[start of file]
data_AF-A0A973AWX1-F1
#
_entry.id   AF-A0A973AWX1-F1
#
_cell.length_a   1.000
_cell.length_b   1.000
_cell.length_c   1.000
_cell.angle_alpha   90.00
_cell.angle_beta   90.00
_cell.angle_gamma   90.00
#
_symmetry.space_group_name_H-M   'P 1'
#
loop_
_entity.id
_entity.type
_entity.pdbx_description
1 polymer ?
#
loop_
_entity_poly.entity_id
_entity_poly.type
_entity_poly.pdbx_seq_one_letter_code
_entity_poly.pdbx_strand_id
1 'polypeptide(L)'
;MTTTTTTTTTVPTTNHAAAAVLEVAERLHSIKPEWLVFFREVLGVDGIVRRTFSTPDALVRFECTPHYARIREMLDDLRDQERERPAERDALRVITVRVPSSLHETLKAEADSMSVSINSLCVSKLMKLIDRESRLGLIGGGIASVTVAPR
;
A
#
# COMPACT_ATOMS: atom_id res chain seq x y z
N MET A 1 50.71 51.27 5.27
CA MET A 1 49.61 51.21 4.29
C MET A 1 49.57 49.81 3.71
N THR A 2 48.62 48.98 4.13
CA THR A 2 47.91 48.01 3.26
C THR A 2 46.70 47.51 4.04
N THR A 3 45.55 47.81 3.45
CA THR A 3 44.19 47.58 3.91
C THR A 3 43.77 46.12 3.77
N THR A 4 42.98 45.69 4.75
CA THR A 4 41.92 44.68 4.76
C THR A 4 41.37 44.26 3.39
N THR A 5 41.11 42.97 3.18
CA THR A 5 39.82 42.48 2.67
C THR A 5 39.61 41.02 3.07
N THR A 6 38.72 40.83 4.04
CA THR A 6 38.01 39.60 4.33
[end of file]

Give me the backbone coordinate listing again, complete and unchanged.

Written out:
data_AF-A0A973AWX1-F1
#
_entry.id   AF-A0A973AWX1-F1
#
_cell.length_a   1.000
_cell.length_b   1.000
_cell.length_c   1.000
_cell.angle_alpha   90.00
_cell.angle_beta   90.00
_cell.angle_gamma   90.00
#
_symmetry.space_group_name_H-M   'P 1'
#
loop_
_entity.id
_entity.type
_entity.pdbx_description
1 polymer ?
#
loop_
_entity_poly.entity_id
_entity_poly.type
_entity_poly.pdbx_seq_one_letter_code
_entity_poly.pdbx_strand_id
1 'polypeptide(L)'
;MTTTTTTTTTVPTTNHAAAAVLEVAERLHSIKPEWLVFFREVLGVDGIVRRTFSTPDALVRFECTPHYARIREMLDDLRDQERERPAERDALRVITVRVPSSLHETLKAEADSMSVSINSLCVSKLMKLIDRESRLGLIGGGIASVTVAPR
;
A
#
# COMPACT_ATOMS: atom_id res chain seq x y z
N MET A 1 50.71 51.27 5.27
CA MET A 1 49.61 51.21 4.29
C MET A 1 49.57 49.81 3.71
N THR A 2 48.62 48.98 4.13
CA THR A 2 47.91 48.01 3.26
C THR A 2 46.70 47.51 4.04
N THR A 3 45.55 47.81 3.45
CA THR A 3 44.19 47.58 3.91
C THR A 3 43.77 46.12 3.77
N THR A 4 42.98 45.69 4.75
CA THR A 4 41.92 44.68 4.76
C THR A 4 41.37 44.26 3.39
N THR A 5 41.11 42.97 3.18
CA THR A 5 39.82 42.48 2.67
C THR A 5 39.61 41.02 3.07
N THR A 6 38.72 40.83 4.04
CA THR A 6 38.01 39.60 4.33